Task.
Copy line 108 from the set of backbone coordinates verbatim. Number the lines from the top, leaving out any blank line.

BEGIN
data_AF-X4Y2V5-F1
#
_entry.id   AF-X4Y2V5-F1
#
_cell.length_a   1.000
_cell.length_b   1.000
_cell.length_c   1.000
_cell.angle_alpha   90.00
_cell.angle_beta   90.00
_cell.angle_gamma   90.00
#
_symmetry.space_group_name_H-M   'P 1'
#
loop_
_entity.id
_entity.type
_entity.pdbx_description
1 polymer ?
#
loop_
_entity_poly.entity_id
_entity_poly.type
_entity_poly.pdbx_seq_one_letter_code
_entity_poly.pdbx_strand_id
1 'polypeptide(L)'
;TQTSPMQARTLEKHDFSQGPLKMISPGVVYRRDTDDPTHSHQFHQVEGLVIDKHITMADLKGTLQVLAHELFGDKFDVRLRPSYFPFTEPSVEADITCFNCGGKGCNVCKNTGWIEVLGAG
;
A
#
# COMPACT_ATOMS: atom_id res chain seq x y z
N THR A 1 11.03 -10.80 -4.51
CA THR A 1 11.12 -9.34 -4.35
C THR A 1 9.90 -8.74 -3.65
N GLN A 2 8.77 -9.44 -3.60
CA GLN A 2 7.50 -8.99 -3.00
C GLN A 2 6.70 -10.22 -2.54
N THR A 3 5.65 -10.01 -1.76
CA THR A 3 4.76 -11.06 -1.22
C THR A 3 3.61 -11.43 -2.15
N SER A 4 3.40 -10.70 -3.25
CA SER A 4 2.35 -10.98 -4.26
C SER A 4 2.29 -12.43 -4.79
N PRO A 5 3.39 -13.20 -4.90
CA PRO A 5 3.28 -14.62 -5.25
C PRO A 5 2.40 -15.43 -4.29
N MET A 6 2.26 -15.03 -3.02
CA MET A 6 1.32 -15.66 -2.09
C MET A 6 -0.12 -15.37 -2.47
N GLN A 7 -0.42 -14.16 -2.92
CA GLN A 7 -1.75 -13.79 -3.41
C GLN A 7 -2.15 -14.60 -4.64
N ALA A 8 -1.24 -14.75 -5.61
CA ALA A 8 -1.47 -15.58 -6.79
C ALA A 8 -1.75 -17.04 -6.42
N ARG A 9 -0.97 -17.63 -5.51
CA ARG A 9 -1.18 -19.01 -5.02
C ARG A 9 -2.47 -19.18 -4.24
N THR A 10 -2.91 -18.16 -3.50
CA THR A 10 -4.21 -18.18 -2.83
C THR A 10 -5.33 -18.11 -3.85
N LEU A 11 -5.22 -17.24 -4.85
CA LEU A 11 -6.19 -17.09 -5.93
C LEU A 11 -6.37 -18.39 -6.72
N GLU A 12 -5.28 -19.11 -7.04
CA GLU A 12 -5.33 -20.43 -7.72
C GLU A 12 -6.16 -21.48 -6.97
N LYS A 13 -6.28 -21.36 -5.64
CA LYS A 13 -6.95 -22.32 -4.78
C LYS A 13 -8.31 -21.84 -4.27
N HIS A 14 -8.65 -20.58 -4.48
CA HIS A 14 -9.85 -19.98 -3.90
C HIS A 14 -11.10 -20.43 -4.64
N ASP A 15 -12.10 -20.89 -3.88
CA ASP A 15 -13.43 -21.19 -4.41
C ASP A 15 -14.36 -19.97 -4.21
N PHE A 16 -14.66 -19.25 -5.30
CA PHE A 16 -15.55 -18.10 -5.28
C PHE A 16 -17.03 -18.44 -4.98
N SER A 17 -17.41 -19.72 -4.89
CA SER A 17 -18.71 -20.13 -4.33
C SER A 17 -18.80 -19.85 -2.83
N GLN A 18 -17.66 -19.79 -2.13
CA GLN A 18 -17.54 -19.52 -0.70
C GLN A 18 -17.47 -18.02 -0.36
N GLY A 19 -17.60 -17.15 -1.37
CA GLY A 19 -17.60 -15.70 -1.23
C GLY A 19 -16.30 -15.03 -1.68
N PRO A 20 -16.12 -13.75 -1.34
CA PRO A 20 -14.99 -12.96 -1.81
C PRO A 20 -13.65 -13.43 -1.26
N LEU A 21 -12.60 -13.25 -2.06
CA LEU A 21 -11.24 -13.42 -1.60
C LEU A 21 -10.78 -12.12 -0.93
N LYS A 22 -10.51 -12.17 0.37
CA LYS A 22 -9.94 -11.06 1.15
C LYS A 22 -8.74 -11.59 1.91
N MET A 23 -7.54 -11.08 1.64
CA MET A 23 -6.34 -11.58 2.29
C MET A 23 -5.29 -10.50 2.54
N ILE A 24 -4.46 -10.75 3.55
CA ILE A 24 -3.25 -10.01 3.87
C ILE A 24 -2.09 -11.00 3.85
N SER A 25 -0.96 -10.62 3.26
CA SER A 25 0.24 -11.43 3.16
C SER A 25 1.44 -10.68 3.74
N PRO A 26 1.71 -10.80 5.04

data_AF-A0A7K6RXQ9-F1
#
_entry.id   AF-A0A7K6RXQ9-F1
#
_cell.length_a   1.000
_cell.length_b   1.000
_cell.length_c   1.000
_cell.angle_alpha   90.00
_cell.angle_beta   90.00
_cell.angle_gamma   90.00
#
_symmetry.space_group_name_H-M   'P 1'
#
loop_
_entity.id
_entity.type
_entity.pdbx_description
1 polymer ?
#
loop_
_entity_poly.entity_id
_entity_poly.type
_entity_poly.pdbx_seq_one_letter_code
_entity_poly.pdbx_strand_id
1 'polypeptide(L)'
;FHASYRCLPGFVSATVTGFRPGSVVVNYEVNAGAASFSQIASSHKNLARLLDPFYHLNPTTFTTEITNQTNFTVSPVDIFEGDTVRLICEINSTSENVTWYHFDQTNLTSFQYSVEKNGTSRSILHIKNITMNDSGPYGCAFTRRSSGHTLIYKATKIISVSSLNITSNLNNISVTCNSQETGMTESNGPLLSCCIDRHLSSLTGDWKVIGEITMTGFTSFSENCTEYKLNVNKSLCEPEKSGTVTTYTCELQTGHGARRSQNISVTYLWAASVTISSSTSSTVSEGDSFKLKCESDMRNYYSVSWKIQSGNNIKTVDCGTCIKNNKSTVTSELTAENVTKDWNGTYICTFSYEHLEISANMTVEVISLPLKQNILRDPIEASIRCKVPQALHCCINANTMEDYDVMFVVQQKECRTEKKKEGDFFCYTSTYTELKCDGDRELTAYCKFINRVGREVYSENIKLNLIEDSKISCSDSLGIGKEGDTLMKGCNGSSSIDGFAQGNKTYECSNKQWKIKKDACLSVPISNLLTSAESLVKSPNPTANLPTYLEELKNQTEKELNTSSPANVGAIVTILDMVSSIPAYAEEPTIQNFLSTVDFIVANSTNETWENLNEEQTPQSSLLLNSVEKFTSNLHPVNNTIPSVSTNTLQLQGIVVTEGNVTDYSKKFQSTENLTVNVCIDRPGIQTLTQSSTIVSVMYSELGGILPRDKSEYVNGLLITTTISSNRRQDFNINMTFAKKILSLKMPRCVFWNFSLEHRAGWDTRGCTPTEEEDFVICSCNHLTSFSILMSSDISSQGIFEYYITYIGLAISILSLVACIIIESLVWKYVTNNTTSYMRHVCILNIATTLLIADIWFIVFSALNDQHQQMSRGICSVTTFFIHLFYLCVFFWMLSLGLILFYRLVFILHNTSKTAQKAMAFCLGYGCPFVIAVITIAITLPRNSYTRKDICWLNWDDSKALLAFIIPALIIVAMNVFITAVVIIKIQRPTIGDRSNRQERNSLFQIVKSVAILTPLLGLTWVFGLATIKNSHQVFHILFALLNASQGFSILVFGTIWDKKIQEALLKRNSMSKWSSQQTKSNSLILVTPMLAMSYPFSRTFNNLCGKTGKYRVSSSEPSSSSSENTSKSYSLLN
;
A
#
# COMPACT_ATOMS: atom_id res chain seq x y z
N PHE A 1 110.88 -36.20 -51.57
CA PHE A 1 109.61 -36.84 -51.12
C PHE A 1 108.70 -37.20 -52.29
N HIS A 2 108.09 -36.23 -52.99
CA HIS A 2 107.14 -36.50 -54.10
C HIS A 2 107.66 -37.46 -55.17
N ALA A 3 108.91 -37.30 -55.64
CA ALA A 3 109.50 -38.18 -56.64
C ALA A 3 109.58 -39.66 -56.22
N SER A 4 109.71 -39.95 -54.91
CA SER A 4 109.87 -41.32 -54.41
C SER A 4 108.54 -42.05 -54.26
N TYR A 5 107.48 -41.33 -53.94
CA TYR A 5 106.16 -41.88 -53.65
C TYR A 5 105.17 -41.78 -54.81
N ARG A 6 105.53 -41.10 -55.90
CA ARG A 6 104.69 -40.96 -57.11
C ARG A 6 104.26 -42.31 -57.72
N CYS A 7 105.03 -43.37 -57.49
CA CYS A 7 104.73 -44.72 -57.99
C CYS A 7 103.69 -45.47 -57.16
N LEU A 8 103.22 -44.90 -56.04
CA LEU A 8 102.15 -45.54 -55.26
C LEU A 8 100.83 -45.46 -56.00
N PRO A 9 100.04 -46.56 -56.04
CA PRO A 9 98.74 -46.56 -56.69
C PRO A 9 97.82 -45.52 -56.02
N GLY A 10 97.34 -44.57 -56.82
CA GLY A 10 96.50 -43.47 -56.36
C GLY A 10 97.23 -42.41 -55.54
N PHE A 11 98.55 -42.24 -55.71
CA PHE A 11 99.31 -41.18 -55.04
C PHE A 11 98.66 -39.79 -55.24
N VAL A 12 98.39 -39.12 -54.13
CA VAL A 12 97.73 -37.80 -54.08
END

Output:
#